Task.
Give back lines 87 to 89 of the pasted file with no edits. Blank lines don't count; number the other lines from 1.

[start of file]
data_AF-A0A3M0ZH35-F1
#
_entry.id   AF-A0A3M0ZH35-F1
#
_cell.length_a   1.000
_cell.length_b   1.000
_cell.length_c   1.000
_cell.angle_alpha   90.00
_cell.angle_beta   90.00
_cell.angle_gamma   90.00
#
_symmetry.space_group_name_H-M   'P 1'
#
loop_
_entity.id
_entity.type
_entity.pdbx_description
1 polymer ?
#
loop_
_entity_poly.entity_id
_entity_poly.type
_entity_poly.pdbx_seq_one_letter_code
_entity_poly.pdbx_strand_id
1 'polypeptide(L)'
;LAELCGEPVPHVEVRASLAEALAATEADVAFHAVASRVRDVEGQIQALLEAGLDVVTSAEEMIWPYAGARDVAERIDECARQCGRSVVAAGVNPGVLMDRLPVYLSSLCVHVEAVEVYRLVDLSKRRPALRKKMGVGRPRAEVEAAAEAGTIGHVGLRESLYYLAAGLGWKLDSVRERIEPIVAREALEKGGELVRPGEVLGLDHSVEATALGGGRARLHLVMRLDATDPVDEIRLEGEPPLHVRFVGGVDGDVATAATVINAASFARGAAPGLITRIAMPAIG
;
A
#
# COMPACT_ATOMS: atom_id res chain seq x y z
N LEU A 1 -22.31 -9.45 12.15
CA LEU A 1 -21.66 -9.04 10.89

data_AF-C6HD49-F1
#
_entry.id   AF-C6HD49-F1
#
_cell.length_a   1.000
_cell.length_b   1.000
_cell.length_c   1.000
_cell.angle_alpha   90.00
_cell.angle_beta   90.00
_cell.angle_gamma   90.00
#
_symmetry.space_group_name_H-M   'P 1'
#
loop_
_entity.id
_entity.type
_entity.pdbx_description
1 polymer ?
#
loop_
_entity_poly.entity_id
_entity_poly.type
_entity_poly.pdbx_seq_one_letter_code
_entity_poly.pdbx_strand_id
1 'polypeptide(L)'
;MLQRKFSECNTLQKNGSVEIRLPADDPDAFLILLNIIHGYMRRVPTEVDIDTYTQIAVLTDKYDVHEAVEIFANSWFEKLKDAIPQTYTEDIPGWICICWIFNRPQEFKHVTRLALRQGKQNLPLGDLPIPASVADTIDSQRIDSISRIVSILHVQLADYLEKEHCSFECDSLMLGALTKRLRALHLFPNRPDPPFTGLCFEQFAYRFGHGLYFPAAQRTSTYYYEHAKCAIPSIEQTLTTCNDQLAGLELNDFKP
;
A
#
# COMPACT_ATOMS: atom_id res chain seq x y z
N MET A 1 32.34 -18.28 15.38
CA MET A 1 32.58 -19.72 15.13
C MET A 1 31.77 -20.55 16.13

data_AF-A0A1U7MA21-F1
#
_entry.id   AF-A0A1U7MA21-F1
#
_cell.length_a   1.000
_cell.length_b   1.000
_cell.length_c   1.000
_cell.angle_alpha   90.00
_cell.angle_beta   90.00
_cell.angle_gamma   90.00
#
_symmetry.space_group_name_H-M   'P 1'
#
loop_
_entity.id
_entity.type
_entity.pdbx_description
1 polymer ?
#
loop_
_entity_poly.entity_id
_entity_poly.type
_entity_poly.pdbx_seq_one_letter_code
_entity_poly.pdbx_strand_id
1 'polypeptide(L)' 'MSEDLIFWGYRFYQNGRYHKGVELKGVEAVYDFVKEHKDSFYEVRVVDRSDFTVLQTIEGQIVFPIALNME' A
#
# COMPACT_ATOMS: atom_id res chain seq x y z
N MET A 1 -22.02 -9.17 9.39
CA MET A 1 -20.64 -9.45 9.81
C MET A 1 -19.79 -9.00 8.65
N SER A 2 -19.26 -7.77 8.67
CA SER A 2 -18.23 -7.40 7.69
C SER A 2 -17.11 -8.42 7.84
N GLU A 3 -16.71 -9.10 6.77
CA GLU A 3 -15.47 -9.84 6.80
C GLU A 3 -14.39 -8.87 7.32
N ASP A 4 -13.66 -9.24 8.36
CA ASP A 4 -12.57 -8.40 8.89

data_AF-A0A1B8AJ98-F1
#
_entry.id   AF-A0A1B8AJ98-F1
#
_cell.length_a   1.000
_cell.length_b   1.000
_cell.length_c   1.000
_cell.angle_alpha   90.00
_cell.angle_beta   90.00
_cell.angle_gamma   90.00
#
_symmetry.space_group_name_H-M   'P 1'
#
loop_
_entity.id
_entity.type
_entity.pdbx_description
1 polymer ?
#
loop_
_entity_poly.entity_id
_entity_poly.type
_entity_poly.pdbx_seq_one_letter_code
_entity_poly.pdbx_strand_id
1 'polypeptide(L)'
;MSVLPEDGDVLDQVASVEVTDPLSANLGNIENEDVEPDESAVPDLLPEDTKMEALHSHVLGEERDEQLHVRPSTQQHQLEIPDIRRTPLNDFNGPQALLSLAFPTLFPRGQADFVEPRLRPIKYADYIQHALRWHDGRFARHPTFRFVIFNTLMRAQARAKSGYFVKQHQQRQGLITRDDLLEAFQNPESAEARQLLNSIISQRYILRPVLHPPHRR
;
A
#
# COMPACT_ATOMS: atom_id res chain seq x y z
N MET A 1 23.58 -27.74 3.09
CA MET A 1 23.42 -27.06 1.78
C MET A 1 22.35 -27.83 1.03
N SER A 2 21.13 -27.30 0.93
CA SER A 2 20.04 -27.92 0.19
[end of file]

_entity_poly.type
_entity_poly.pdbx_seq_one_letter_code
_entity_poly.pdbx_strand_id